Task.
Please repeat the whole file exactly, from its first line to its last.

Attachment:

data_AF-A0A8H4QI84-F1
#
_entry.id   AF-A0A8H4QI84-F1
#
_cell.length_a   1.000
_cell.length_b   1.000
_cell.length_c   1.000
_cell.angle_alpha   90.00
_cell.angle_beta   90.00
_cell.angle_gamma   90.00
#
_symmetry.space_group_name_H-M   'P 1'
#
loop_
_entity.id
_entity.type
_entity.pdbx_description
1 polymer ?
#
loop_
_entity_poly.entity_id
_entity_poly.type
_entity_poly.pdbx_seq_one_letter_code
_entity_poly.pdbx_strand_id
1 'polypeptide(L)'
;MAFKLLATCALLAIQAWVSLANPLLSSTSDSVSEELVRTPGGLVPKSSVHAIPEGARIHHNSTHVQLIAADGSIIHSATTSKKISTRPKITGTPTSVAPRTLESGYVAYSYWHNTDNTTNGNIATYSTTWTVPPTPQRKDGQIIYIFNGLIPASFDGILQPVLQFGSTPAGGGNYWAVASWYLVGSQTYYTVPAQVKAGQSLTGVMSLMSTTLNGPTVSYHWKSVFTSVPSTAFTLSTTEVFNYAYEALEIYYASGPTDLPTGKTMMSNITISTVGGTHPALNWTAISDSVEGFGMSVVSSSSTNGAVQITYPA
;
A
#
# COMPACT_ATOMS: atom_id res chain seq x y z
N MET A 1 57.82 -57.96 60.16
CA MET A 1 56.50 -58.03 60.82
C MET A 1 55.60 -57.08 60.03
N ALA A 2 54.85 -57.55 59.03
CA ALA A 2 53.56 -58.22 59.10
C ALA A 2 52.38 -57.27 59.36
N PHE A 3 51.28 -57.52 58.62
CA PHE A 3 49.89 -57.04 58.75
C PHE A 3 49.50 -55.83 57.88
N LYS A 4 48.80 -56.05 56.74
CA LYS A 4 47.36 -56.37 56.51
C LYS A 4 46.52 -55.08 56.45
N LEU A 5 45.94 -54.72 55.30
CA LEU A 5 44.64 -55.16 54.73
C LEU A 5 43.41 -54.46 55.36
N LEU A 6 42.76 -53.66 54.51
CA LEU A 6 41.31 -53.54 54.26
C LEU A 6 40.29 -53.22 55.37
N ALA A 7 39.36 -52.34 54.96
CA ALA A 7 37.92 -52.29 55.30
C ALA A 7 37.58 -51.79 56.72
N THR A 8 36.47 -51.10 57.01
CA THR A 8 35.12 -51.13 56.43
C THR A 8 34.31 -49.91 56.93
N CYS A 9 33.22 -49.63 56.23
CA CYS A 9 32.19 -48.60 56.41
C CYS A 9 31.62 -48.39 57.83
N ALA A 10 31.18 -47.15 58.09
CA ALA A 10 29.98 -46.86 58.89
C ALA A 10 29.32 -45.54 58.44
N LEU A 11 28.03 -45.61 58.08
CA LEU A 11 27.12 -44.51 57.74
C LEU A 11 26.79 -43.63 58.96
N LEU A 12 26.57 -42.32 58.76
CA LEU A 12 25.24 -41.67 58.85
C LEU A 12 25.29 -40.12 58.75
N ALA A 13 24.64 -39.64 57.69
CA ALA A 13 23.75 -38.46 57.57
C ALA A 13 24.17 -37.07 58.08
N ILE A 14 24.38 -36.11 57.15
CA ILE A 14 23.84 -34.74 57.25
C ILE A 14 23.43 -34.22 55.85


data_AF-A0A8H4QI84-F1
#
_entry.id   AF-A0A8H4QI84-F1
#
_cell.length_a   1.000
_cell.length_b   1.000
_cell.length_c   1.000
_cell.angle_alpha   90.00
_cell.angle_beta   90.00
_cell.angle_gamma   90.00
#
_symmetry.space_group_name_H-M   'P 1'
#
loop_
_entity.id
_entity.type
_entity.pdbx_description
1 polymer ?
#
loop_
_entity_poly.entity_id
_entity_poly.type
_entity_poly.pdbx_seq_one_letter_code
_entity_poly.pdbx_strand_id
1 'polypeptide(L)'
;MAFKLLATCALLAIQAWVSLANPLLSSTSDSVSEELVRTPGGLVPKSSVHAIPEGARIHHNSTHVQLIAADGSIIHSATTSKKISTRPKITGTPTSVAPRTLESGYVAYSYWHNTDNTTNGNIATYSTTWTVPPTPQRKDGQIIYIFNGLIPASFDGILQPVLQFGSTPAGGGNYWAVASWYLVGSQTYYTVPAQVKAGQSLTGVMSLMSTTLNGPTVSYHWKSVFTSVPSTAFTLSTTEVFNYAYEALEIYYASGPTDLPTGKTMMSNITISTVGGTHPALNWTAISDSVEGFGMSVVSSSSTNGAVQITYPA
;
A
#
# COMPACT_ATOMS: atom_id res chain seq x y z
N MET A 1 57.82 -57.96 60.16
CA MET A 1 56.50 -58.03 60.82
C MET A 1 55.60 -57.08 60.03
N ALA A 2 54.85 -57.55 59.03
CA ALA A 2 53.56 -58.22 59.10
C ALA A 2 52.38 -57.27 59.36
N PHE A 3 51.28 -57.52 58.62
CA PHE A 3 49.89 -57.04 58.75
C PHE A 3 49.50 -55.83 57.88
N LYS A 4 48.80 -56.05 56.74
CA LYS A 4 47.36 -56.37 56.51
C LYS A 4 46.52 -55.08 56.45
N LEU A 5 45.94 -54.72 55.30
CA LEU A 5 44.64 -55.16 54.73
C LEU A 5 43.41 -54.46 55.36
N LEU A 6 42.76 -53.66 54.51
CA LEU A 6 41.31 -53.54 54.26
C LEU A 6 40.29 -53.22 55.37
N ALA A 7 39.36 -52.34 54.96
CA ALA A 7 37.92 -52.29 55.30
C ALA A 7 37.58 -51.79 56.72
N THR A 8 36.47 -51.10 57.01
CA THR A 8 35.12 -51.13 56.43
C THR A 8 34.31 -49.91 56.93
N CYS A 9 33.22 -49.63 56.23
CA CYS A 9 32.19 -48.60 56.41
C CYS A 9 31.62 -48.39 57.83
N ALA A 10 31.18 -47.15 58.09
CA ALA A 10 29.98 -46.86 58.89
C ALA A 10 29.32 -45.54 58.44
N LEU A 11 28.03 -45.61 58.08
CA LEU A 11 27.12 -44.51 57.74
C LEU A 11 26.79 -43.63 58.96
N LEU A 12 26.57 -42.32 58.76
CA LEU A 12 25.24 -41.67 58.85
C LEU A 12 25.29 -40.12 58.75
N ALA A 13 24.64 -39.64 57.69
CA ALA A 13 23.75 -38.46 57.57
C ALA A 13 24.17 -37.07 58.08
N ILE A 14 24.38 -36.11 57.15
CA ILE A 14 23.84 -34.74 57.25
C ILE A 14 23.43 -34.22 55.85